A |  B |  C |  D |  E |  F |  G |  H |  I |  J |  K |  L |  M |  N |  O |  P |  Q |  R |  S |  T |  U |  V |  W |  X |  Y |  Z

Use quotes like in "Aboukir Bay" to search phrases.
Use * as a wildcard like in "Trafalg*".

LOCUST (14) Gun-brig Built in 1801, Rotherhithe.
Sold in 1814.

  • 1801 North Sea and Downs station. She arrived at Portsmouth on 22 April 1802 with discharged seamen from Chatham.
    While LOCUST was in Portsmouth Harbour on the night of the 13 September 1802 two marine sentries, John SCRIVEN and George BLANCHARD, stole a watch and some clothing from Andrew HANLIN, a seaman on board, and deserted ashore in a cutter.
    They were soon picked up and SCRIVEN, the leader, was sentenced to 500 lashes.
    BLANCHARD received 200.
  • 1803 Lieut. John LAKE, Portsmouth.
    On 14 January she sailed for Ireland to raise seamen.
    Later cruising in the Channel.
    On 25 March 1804 a gale blew up from the south-west LOCUST and MINX found themselves on a lee shore off the French coast so they stood over to take shelter in the Downs.
    They returned to their stations on the 28th.
    LOCUST was blown back into the Downs again on 5 April.
  • On 8 December 1804 LOCUST covered an attack by the SUSANNAH, an explosion vessel, commanded by Lieut. STEWART of MONARCH, on a pile fort, Fort Rouge, off Calais.
    At the same time Capt. BROWNRIGG of DART, and Lieut. BARTHOLEMEW of ANTELOPE, made an unsuccessful attempt to place two carcasses (a 'torpedo' consisting of a barrel of gunpowder with a clockwork firing mechanism) against the fort.
    LOCUST kept close in to draw the fire from the shore.
  • On Friday 8 March 1805 LOCUST was ordered by Capt. OWEN of IMMORTALITE to run in under the Ambleteuse batteries to engage a number of small French vessels.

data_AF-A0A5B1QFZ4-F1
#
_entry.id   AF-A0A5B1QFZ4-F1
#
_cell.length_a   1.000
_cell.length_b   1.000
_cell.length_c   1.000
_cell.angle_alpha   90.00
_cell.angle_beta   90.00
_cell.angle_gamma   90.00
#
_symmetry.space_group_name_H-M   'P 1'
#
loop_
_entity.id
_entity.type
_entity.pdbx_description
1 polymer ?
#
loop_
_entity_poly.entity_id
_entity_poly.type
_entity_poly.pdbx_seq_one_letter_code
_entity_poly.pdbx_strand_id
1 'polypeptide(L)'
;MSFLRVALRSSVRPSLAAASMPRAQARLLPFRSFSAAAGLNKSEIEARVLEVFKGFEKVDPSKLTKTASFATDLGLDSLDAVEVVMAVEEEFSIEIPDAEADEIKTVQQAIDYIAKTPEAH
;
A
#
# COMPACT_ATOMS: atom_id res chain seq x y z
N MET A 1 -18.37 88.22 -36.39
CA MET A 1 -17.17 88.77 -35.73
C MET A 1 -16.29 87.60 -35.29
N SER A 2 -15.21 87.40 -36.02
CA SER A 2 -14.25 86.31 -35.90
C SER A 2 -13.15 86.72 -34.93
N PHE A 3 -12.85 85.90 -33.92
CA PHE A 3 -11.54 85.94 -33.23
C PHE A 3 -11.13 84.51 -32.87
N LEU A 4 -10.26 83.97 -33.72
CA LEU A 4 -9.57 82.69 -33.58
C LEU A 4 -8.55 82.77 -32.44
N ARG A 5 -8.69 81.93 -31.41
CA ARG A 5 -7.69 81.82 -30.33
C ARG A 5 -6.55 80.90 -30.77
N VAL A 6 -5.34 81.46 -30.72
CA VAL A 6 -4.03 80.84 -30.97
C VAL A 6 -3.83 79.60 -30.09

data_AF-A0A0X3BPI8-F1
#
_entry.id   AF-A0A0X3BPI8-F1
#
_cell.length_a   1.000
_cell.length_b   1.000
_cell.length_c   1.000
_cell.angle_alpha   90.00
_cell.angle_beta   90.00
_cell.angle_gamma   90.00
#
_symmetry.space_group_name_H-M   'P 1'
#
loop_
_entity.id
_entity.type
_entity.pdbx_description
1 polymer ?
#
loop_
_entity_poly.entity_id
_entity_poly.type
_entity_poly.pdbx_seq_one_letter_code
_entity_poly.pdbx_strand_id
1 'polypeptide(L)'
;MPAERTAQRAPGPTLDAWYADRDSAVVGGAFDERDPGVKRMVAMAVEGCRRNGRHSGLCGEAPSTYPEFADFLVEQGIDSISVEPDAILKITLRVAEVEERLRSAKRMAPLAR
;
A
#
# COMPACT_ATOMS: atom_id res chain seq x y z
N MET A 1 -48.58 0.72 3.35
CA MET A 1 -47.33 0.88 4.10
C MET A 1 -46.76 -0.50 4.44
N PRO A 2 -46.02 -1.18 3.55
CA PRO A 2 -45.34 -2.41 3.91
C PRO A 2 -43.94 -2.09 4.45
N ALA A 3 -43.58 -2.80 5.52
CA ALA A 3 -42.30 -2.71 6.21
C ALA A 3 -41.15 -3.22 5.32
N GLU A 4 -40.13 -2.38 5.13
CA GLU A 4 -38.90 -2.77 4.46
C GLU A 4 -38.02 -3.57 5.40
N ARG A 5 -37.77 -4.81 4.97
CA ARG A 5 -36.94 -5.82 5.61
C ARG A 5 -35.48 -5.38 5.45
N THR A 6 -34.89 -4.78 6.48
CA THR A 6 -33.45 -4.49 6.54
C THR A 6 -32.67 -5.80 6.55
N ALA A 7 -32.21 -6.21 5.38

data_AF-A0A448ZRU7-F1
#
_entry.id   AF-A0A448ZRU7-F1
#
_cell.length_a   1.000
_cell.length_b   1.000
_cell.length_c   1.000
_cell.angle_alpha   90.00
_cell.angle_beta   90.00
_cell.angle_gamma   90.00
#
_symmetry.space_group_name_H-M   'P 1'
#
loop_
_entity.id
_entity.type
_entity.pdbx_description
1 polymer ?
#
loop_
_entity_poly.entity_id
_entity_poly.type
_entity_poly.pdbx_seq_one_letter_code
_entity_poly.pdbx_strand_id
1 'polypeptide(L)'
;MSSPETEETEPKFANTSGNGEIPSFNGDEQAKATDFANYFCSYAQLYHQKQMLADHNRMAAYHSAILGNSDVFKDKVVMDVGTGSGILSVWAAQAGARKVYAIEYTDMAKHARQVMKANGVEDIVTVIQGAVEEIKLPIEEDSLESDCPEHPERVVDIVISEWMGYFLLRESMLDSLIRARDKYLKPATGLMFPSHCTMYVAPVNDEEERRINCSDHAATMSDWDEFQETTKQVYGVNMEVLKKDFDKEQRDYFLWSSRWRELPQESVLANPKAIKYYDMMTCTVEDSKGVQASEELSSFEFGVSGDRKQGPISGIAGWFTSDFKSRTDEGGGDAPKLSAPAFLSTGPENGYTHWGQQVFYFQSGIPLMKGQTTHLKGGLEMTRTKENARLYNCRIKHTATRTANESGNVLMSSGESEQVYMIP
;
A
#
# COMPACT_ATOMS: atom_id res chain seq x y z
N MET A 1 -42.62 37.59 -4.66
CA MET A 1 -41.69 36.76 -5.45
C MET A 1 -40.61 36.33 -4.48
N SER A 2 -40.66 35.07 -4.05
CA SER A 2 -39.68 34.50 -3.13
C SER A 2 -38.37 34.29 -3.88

Lieut. LAKE was in the act of lowering his jolly boat to take possession of an enemy cutter which had struck when LOCUST was hit by a 42 lb shot which sent the foremast overboard.
    The Frenchman re-hoisted his colours and made for the shore.
    LOCUST was towed into Deal by PINCHER, almost a complete wreck, and was then sent round to Sheerness for repair.
    LOCUST suffered no casualties although she was subject to the fire of eleven batteries and a number of field pieces at pistol-shot range.
  • She was back in service in April.
    On the 24th. she was with a squadron under Capt. HONEYMAN in LEDA which attacked twenty-six enemy vessels which were sighted coming round Cap Gris Nez.
    After two hours the flotilla succeeded in cutting out seven armed schuyts which were bound for Ambleteuse from Dunkirk with soldiers.
  • 1808-11 Lieut. John GEDGE, North Sea.
    On 10 November 1811 LOCUST, close inshore, stood towards a division of the enemy flotilla off Cap Griznez, while SKYLARK approached from the seaward.
    One of the French brigs, No.
    26, of four long 24-pounders and 60 men was cut out from under the fire of the batteries and musketry on the beach.
    The French commodore was driven ashore but a great number of troops got on board so any attack was impossible.
    Lieut. GEDGE had previously captured a French national vessel with two long 12-pounders near to Dunkirk.
    As a commander he was appointed to CADMUS in 1815.
  • 1811 Lieut. Robert FAIR, 11/1811, cruising in Channel.
    In December 1811 LOCUST drove a French national brig ashore near Calais where it was beaten to pieces by the sea.
    LOCUST paid off in July 1814.

back  |  intro  |  home  |  contact

© 1995, 2007 Michael Phillips